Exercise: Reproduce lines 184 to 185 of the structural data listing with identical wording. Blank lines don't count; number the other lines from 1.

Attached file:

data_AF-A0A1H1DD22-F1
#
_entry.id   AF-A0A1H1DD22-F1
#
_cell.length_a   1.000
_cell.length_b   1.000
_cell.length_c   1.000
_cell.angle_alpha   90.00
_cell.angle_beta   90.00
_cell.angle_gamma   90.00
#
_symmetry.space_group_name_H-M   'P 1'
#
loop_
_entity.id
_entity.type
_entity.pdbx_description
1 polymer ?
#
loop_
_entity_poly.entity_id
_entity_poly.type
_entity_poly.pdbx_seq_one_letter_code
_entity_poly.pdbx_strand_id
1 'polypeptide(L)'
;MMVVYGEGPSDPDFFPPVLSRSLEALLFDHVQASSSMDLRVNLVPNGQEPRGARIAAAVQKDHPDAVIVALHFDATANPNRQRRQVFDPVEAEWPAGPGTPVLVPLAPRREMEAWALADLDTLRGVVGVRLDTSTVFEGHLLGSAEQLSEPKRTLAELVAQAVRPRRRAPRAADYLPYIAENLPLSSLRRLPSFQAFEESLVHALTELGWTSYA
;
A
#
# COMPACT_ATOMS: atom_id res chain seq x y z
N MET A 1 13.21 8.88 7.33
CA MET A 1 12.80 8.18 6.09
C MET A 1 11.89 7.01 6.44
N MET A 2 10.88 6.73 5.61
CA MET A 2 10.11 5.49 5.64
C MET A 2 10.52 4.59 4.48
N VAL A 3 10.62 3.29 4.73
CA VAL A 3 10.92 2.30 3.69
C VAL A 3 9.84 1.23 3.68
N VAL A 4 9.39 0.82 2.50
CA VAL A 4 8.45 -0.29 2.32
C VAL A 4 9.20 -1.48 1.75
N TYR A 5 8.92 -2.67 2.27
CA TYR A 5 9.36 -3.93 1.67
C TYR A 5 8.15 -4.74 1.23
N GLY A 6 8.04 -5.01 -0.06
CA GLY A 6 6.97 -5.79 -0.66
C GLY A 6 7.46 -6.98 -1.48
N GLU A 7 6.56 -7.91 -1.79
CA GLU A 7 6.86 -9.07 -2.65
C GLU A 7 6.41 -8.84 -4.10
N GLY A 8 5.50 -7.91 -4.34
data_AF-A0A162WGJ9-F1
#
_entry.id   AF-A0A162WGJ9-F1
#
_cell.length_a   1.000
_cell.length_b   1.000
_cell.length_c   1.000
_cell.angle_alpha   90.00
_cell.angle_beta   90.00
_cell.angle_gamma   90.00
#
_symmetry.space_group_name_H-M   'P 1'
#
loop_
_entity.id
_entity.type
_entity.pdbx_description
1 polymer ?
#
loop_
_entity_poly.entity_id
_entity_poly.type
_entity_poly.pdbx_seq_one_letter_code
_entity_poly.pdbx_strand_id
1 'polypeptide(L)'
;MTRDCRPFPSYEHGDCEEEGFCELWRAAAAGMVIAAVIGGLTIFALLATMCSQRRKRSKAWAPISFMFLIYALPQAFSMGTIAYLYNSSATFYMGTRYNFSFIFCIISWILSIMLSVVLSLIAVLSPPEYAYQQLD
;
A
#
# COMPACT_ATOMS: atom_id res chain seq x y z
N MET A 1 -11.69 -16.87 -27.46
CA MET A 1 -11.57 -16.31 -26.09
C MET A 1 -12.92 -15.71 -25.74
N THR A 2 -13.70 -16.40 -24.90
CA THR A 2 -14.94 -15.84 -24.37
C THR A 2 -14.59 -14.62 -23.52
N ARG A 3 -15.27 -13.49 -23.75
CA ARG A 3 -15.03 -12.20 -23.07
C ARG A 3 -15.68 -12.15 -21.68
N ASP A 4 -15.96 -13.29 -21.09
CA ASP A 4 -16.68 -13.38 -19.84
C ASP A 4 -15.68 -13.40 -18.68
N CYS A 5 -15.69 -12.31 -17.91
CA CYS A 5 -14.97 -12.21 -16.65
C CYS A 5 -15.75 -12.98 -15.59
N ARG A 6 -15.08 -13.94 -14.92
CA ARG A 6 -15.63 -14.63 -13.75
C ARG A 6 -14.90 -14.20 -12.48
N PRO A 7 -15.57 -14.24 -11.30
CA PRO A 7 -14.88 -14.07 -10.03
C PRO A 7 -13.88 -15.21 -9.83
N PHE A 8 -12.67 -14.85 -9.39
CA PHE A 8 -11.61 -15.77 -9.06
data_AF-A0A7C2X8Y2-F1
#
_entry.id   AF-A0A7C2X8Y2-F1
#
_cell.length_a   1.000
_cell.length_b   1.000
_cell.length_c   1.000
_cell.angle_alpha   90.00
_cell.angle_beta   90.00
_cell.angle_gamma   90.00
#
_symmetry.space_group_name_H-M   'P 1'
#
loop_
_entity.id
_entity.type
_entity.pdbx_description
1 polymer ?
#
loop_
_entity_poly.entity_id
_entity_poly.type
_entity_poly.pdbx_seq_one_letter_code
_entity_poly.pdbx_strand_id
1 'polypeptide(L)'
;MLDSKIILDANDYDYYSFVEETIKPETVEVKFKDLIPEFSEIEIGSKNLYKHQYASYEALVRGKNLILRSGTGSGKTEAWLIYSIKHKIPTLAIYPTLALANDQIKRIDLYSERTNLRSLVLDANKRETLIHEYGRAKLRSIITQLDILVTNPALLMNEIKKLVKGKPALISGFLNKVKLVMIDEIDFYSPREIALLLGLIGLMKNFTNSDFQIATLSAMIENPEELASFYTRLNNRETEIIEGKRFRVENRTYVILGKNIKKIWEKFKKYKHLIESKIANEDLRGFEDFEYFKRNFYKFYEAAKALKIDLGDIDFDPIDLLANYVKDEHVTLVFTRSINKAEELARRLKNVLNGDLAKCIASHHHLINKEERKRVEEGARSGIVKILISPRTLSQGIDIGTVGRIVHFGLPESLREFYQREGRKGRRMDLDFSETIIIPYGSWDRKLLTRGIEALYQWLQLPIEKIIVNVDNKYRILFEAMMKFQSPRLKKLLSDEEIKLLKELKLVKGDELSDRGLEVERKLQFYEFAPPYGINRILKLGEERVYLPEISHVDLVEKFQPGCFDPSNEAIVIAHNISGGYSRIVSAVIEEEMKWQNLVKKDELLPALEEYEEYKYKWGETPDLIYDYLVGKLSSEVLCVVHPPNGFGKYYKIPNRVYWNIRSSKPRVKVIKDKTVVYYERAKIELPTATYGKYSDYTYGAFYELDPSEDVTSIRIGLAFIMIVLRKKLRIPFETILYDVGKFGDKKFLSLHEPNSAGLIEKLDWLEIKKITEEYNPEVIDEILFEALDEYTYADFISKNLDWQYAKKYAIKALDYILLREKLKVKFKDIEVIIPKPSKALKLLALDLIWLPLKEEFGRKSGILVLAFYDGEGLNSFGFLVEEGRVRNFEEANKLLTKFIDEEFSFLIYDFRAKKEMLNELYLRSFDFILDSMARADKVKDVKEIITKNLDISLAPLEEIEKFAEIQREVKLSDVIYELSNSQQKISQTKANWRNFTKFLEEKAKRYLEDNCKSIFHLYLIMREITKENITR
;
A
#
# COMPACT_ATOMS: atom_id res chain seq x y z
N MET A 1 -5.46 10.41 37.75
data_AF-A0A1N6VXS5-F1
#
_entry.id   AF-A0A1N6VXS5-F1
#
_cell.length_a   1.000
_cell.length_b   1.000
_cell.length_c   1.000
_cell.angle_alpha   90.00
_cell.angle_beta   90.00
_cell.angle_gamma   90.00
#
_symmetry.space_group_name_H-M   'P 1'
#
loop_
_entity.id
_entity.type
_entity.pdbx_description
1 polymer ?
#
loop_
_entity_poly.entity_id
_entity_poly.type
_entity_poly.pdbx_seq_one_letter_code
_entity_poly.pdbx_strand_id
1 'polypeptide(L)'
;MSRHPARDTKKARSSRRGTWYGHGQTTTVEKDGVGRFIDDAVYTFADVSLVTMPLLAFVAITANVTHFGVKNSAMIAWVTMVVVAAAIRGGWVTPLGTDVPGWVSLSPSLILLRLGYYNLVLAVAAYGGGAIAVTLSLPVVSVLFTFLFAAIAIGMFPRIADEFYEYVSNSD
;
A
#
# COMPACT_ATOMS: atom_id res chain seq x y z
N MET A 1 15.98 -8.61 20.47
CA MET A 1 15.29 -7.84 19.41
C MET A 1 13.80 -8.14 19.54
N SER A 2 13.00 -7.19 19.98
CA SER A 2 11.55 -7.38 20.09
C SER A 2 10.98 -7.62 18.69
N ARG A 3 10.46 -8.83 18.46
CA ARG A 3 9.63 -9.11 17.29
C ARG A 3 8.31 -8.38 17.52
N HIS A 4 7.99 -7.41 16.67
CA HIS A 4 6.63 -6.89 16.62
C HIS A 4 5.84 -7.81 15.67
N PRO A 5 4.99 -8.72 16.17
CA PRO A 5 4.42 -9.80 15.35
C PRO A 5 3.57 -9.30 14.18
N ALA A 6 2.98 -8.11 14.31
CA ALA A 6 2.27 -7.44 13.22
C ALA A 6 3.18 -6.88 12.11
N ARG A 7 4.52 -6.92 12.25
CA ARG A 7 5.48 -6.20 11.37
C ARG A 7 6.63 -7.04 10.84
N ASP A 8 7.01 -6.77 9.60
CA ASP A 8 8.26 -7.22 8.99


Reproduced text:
C ALA A 6 3.18 -6.88 12.11
N ARG A 7 4.52 -6.92 12.25